Last Mile Access

Last-Mile Internet Access #

Def.: The final leg between the telecommunications network (cable, Internet, etc) and the end user (home, university, cellphone, etc)

  • Tends to be the most bandwidth-constrained, as it costs lots of money to invest in infrastructure to everywhere

History of last-mile #

  • Early 90s: 56k dialup was the way to connect
    • Leveraged existing telephone network to connect homes to the internet
    • However: very slow, and restricted by modems themselves - 56kbps was theoretical maximum, in reality was ~30-40kbps
    • Also: Could not use phone and internet at the same time
  • Late 90s: Digital Subscriber Line (DSL)
    • Different frequency channel (so different hardware) - allows people to use phone and internet at the same time
    • Early on, up to 256k speeds
    • Much of the world still uses DSL
  • Early 00s: cable internet
    • Core idea: use cable television network for internet; typically copper cables or copper/fiber hybrid
    • 80% of Americans use cable to connect to “broadband” (defined by FCC as stable, 25mbps DL, 3mbps UL, but term has been diluted by cable companies)
      • Even still, 21M Americans don’t have broadband access; 1/2 of global population does not either
    • Caused cable TV companies to become ISPs
  • 2010s: Fiber-to-the-Premises
    • Available in densely populated areas in developed regions
    • Major US, European players, e.g. Google, Verizon, etc; smaller players are getting in as well
    • However, very costly: $27k per mile of fiber
  • Main areas of investment:
    • Wired (cables)
      • Copper, coax at last mile, but could be fiber in developed regions
      • Fiber in backhaul/backbone
    • Wireless
      • Satellite
      • Cell towers
      • New moonshots

Telecom topology #

  • National backbone network (core): submarine cables that terminate at points of presence (PoPs)
  • Middle-mile network (backhaul): satellite, fiber, or cellular connections terminating at base station tower or local PoP
  • Last-mile network (access): wireless/wired connection to home or cellular divice

“Dig-Once” policies #

  • When doing other infra. projects (e.g. construction, sewage), build in broadband connection you need instead of separately
    • Estimated to save $126B of $140B of nationwide fiber cost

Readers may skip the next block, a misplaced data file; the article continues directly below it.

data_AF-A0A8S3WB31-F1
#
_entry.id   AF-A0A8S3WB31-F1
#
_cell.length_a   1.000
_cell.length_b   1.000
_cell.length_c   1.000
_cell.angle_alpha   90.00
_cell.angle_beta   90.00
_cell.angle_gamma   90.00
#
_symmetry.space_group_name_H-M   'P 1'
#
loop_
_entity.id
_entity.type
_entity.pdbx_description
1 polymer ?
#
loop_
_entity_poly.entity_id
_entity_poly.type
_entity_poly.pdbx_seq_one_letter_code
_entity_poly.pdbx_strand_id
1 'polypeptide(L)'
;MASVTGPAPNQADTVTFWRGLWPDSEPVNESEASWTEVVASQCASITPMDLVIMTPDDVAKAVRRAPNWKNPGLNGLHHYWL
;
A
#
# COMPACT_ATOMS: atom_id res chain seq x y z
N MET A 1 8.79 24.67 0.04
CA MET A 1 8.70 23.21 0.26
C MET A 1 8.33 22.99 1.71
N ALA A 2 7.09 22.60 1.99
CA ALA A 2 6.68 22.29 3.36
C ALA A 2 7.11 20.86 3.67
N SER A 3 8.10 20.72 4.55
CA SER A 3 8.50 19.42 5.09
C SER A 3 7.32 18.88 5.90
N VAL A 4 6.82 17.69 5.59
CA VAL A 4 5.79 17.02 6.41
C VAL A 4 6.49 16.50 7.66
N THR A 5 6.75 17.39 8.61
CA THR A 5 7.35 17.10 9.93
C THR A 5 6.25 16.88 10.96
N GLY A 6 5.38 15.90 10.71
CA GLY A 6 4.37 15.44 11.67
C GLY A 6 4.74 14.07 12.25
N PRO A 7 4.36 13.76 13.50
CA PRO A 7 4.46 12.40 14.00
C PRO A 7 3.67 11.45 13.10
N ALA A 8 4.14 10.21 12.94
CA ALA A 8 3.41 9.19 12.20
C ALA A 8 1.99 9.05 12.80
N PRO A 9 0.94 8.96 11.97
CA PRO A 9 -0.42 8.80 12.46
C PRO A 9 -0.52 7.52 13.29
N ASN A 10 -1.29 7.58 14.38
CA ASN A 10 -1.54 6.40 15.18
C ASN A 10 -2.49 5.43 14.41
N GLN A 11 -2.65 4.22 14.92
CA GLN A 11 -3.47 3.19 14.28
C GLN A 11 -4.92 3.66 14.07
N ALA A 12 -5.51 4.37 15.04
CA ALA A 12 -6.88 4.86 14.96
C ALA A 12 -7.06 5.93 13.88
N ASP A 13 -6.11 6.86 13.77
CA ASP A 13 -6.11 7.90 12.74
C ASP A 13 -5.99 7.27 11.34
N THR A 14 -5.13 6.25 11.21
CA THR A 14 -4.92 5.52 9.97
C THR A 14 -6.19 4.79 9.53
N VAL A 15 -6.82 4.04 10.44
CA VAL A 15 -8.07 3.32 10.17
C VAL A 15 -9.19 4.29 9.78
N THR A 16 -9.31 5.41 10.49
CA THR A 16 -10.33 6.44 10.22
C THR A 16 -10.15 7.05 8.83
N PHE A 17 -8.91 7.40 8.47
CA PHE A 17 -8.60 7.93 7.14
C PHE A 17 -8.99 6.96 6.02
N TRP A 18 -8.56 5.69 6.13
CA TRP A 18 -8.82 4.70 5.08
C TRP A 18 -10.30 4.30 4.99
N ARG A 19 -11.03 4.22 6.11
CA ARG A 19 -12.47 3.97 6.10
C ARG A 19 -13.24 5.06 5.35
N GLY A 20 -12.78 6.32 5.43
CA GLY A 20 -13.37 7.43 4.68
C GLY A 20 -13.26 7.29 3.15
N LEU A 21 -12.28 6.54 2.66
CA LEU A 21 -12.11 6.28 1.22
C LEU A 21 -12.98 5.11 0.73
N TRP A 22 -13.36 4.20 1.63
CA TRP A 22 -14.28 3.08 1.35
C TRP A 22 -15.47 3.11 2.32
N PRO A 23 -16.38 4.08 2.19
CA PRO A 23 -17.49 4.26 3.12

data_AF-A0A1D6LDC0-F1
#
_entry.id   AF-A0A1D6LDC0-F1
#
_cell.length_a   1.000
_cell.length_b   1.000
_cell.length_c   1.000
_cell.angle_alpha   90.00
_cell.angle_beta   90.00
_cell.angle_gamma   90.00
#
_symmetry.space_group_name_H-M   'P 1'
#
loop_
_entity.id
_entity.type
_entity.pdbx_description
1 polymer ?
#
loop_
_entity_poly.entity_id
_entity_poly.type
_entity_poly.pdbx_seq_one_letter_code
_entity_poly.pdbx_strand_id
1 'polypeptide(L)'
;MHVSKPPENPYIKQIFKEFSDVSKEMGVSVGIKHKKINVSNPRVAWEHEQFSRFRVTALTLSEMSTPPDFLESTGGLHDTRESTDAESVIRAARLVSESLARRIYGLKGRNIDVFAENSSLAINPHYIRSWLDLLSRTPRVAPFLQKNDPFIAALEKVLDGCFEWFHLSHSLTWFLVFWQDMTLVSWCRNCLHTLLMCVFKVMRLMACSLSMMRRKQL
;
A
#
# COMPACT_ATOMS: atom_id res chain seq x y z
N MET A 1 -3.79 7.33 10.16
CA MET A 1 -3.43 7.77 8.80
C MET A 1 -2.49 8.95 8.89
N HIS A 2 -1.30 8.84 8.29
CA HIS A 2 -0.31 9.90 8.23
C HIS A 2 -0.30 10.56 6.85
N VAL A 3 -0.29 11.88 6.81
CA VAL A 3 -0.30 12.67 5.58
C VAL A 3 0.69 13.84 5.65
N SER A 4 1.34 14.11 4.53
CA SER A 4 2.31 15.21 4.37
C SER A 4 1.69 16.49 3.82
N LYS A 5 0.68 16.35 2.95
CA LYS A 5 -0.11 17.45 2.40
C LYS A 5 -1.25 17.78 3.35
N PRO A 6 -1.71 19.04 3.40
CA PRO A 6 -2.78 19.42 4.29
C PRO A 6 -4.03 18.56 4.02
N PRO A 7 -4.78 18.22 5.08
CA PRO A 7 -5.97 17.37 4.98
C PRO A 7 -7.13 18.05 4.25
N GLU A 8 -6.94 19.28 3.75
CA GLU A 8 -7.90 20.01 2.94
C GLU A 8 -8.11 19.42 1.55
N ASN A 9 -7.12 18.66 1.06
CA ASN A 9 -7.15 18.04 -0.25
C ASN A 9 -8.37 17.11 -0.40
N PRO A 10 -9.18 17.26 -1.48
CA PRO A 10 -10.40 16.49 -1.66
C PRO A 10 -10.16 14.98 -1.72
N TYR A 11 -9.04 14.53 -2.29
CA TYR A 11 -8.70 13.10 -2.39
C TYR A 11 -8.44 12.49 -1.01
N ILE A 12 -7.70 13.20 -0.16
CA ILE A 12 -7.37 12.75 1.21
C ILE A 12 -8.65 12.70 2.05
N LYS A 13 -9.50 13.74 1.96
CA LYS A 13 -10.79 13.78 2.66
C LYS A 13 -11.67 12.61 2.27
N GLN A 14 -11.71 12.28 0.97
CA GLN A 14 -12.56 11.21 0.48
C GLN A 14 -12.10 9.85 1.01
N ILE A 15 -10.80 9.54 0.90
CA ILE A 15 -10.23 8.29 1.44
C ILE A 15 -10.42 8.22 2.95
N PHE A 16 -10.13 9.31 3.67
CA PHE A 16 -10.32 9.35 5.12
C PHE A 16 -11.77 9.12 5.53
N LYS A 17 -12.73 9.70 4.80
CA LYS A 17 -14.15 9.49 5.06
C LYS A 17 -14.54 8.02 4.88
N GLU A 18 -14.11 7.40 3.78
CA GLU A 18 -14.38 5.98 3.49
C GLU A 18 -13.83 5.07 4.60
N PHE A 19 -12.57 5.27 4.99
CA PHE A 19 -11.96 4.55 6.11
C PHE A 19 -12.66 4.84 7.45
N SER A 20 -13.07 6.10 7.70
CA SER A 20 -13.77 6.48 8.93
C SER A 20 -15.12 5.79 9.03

• However: only 16 states have implemented policies - CA included
    • Nationwide legislation stonewalled, due to lobbying from larger telco providers as the policies would give smaller regional providers low-cost access to building fiber

Mobile networks #

  • Exploded in popularity in the last 20 years as cheaper alternative to broadband access than fiber
  • 4G networks offer broadband speed, but expensive to build: ~$200k per cell tower
  • Generations (every generation, ~10x increase in bandwidth):
    • 1G: basic voice calling services
    • 2G: Voice calls, text messages, limited browsing
    • 3G: Broadband, video conferencing, GPS
      • 4G LTE: “Long-Term Evolution” transition phase to 4G, but not actually 4G
    • 4G: high-speed apps, mobile TV, wearable devices
    • 5G: HD streaming, IoT, autonomous vehicles

5G networks #

  • More than just increased bandwidth compared to 4G; 5G networks are expected to eventually support:
    • Enhanced mobile broadband: extreme data rates, extreme capacity
    • Mission-critical control: ultra-low density, ultra-high availability, extremely mobility
    • Massive IoT: devices with ultra-low energy, ultra-high density
  • Improvements in how data is multiplexed onto radio spectrum
  • New frequency bands: Higher frequency generally means faster data rates, but less coverage and range

Cloudification of access #

  • Cellular networks have been historically extremely opaque: proprietary hardware, slow to innovate
  • Industry is re-architecting access network using principles of SDN: run 5G network functions in the cloud rather than on purpose-built applications
    • Win-win: network operators get faster innovation and CAPEX savings; cloud providers get low-latency connectivity to end-users on their devices

Satellite networks #

  • Works through connection of satellites (often privately operated) that are flying in geostationary orbit (35km above)
  • Connections are SLOW
  • Costly to build, deploy, and operate, and thus costly to purchase
    • 25mbps from Comcast: $30/mo (in theory)
    • 25mbps from Viasat: $150/mo

Internet encroachment on TV spectrum #

  • In ~2007: researchers started to look into using TV (lower-band) channels for long-range communication for Internet connectivity
    • Lower band: can travel greater distances and move over more obstacles; cheaper to deploy and requires lower base stations
  • Idea: use whitespaces (gaps in TV-allocated frequencies)
    • Protests from TV companies, until FCC cleared the concerns in 2019